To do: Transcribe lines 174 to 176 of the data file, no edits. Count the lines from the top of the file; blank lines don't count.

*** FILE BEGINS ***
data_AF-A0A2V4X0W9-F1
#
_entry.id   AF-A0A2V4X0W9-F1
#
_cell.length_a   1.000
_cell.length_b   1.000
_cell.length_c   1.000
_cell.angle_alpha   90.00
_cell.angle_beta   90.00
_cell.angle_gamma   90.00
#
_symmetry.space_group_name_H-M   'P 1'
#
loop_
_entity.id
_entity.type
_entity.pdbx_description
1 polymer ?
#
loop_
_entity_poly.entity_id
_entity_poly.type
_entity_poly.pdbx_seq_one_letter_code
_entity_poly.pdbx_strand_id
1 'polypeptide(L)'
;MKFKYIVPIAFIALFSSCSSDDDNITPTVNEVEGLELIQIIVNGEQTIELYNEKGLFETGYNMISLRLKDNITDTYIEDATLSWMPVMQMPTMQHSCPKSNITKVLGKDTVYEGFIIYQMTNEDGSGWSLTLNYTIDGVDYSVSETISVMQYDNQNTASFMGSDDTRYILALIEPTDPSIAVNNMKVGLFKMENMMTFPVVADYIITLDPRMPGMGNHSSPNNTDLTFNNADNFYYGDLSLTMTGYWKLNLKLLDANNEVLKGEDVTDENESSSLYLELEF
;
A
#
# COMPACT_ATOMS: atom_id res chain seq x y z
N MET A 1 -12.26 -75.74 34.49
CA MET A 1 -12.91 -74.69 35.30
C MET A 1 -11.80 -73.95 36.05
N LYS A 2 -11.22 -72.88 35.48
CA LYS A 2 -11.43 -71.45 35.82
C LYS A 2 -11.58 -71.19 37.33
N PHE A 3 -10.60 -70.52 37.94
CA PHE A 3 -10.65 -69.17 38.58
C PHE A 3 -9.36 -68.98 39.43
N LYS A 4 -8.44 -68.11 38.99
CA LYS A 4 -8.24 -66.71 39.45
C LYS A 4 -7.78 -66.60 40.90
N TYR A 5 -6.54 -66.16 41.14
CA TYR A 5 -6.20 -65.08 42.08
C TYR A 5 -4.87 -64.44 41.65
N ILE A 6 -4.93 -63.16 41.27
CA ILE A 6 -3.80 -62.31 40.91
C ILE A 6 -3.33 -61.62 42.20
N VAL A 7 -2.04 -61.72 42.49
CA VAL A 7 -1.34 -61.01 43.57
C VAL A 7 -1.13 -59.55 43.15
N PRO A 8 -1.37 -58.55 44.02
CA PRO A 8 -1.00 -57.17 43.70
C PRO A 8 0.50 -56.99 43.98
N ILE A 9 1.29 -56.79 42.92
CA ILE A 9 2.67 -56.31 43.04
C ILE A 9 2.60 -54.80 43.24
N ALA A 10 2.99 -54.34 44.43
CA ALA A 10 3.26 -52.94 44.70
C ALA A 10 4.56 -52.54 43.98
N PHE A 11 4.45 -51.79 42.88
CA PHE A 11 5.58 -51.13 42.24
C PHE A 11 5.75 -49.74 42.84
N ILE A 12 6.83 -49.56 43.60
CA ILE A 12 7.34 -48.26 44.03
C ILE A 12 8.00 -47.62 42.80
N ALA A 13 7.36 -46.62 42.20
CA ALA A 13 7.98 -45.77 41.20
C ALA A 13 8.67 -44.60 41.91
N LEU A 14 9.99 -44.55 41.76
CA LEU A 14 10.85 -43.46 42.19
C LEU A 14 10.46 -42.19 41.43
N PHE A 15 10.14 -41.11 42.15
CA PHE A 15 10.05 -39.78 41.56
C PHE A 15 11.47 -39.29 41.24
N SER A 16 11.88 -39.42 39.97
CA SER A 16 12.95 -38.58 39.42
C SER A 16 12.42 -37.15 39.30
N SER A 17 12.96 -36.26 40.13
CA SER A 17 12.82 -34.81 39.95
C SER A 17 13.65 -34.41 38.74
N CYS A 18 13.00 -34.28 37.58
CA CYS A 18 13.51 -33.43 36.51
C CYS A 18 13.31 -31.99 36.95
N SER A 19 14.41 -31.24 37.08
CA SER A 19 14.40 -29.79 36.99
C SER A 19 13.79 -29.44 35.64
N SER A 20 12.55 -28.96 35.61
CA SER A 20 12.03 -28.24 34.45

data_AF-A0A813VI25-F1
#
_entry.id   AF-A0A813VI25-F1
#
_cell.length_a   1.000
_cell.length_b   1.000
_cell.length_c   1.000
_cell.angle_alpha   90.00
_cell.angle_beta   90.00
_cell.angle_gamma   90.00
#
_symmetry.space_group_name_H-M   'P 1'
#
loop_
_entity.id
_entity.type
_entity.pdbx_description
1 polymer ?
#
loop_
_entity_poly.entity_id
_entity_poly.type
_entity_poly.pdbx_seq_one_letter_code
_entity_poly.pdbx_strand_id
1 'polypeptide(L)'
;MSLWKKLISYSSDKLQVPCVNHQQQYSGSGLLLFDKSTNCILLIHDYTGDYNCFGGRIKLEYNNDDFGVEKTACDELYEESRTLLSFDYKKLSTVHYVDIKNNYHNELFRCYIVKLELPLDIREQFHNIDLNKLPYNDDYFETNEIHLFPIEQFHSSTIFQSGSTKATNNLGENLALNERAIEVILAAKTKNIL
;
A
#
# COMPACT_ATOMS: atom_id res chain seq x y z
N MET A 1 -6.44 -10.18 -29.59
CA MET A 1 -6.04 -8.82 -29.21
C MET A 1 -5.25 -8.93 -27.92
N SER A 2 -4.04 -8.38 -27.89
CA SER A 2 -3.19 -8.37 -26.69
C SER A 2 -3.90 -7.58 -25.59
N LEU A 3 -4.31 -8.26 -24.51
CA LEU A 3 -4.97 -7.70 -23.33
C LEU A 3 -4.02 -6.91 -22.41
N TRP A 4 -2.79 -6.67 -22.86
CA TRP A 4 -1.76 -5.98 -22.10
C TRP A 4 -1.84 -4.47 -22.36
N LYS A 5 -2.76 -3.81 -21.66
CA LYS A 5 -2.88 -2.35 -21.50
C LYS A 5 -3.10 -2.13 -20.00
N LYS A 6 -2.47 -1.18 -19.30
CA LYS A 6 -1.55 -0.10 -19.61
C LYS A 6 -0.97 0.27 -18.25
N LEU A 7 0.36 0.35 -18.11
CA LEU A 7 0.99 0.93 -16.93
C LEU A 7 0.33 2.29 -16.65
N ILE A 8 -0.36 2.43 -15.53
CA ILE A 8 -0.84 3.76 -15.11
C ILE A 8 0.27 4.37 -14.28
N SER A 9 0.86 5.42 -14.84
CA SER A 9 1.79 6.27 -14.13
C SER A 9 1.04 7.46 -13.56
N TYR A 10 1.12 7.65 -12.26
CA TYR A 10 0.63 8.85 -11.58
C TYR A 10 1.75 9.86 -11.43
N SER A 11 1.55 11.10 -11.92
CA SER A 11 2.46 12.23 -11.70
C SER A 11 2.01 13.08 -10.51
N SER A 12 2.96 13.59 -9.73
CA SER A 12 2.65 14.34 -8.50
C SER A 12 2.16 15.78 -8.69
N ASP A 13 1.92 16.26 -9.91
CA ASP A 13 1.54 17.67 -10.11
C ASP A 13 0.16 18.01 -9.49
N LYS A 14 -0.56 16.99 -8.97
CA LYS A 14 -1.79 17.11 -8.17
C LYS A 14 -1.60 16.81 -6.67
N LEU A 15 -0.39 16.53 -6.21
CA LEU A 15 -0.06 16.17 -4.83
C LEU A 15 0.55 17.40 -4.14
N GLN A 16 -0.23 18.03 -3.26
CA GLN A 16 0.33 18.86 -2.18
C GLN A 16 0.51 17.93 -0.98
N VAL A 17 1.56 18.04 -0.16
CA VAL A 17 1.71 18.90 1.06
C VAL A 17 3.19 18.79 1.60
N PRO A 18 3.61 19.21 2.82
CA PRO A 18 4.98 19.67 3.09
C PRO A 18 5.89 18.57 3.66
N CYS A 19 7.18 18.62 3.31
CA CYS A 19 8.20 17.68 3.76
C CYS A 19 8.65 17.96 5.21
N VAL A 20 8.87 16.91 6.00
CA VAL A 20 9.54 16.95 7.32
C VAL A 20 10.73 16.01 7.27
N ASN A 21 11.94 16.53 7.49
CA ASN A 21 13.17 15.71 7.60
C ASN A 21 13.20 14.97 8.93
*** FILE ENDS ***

N CYS A 19 7.18 18.62 3.31
CA CYS A 19 8.20 17.68 3.76
C CYS A 19 8.65 17.96 5.21